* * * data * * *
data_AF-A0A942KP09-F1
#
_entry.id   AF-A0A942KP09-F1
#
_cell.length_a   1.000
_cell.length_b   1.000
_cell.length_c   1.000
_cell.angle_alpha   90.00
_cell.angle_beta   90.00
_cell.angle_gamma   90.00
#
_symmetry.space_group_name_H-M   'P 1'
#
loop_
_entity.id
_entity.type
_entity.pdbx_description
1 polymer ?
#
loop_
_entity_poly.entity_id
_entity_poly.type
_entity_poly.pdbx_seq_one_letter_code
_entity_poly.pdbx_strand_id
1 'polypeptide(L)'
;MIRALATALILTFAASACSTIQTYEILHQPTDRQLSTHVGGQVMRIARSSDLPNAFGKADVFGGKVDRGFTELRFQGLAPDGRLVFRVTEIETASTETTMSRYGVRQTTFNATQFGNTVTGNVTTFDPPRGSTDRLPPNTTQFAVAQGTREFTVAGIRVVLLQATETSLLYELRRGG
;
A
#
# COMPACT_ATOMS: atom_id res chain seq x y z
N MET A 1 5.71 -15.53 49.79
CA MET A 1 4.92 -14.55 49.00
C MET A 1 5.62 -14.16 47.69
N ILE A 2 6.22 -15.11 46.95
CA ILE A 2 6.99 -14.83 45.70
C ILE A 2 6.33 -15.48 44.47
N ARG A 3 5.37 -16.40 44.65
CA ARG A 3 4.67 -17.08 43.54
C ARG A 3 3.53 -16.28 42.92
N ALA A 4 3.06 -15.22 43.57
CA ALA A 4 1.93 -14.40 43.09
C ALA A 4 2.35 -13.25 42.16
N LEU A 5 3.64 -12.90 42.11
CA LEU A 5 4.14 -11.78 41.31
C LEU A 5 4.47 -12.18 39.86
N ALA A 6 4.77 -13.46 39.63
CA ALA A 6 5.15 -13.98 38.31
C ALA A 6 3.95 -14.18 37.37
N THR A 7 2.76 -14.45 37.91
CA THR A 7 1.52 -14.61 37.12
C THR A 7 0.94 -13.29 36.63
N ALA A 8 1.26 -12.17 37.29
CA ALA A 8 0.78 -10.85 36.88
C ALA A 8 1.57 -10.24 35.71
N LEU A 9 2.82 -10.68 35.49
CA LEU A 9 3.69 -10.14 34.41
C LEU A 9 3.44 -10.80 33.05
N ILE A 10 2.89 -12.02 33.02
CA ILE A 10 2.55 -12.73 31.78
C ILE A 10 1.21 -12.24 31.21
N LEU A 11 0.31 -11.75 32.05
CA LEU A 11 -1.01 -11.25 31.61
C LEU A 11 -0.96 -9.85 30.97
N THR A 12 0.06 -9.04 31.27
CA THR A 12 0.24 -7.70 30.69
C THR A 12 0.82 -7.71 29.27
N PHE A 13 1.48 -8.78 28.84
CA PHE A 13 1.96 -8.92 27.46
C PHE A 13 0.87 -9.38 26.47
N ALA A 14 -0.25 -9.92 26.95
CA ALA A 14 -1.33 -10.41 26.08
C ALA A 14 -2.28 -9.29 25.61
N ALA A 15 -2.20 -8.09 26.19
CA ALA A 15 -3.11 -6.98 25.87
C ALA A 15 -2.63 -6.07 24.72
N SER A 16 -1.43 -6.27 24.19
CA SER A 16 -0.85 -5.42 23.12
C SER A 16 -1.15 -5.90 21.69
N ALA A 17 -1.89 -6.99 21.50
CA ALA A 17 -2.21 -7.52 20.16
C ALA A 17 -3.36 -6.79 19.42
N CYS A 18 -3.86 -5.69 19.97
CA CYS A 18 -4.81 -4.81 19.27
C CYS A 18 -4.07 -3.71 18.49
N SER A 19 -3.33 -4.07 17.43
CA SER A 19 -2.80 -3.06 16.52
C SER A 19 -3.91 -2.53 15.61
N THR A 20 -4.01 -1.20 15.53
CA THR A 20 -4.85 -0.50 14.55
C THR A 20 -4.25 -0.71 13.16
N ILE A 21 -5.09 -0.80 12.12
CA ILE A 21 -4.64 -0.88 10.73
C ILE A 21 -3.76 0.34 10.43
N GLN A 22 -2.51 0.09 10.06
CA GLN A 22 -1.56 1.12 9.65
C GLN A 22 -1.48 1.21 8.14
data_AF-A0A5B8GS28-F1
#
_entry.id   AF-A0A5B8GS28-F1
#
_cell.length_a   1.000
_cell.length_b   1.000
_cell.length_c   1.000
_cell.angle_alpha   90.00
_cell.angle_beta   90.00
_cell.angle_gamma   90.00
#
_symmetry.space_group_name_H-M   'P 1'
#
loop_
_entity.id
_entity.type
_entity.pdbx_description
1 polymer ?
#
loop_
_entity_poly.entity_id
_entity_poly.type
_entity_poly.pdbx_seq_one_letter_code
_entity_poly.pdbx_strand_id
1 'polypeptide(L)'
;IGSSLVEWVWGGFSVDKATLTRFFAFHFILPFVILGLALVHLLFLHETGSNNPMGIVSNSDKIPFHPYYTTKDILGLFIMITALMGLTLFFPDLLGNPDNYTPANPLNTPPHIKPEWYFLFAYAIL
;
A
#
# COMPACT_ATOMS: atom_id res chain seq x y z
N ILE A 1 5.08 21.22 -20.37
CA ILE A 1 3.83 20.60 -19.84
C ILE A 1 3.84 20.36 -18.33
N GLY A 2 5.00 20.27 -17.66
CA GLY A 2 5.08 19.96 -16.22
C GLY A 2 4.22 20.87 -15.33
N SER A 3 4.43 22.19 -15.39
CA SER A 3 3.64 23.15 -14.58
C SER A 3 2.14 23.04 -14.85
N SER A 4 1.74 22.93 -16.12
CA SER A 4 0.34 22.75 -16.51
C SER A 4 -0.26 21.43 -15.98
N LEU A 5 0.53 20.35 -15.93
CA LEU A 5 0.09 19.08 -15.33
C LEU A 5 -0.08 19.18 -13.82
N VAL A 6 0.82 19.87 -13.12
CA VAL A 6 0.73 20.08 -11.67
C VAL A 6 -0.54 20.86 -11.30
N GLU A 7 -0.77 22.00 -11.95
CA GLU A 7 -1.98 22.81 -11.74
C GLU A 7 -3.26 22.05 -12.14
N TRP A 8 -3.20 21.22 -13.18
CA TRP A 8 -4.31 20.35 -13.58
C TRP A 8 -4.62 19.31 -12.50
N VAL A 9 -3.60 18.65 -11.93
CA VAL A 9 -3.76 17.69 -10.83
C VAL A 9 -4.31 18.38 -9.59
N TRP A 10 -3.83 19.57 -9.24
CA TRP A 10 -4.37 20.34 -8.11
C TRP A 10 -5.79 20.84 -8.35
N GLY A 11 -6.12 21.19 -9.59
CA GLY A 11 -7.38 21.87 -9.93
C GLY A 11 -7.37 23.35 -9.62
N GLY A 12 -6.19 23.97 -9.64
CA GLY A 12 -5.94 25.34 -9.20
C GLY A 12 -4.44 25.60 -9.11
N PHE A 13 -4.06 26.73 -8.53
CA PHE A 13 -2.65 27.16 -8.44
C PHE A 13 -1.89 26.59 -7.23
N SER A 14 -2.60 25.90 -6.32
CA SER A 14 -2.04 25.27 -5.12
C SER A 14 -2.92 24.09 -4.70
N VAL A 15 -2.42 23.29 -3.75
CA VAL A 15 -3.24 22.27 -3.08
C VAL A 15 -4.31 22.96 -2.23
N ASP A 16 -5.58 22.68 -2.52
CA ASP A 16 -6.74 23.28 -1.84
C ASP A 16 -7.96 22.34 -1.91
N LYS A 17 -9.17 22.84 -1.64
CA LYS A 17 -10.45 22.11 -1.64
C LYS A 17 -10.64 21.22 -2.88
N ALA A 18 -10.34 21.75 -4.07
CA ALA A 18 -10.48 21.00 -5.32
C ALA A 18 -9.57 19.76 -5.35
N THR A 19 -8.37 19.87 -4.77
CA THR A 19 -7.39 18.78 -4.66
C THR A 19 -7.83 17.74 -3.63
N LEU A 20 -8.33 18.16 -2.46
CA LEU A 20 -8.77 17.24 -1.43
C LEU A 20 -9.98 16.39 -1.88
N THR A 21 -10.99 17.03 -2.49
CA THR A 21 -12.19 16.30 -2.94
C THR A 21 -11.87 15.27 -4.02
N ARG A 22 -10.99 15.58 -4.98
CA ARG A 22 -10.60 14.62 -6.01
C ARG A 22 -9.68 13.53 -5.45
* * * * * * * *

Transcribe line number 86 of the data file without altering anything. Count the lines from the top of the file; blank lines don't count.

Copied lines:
CA SER A 19 -2.80 -3.06 16.52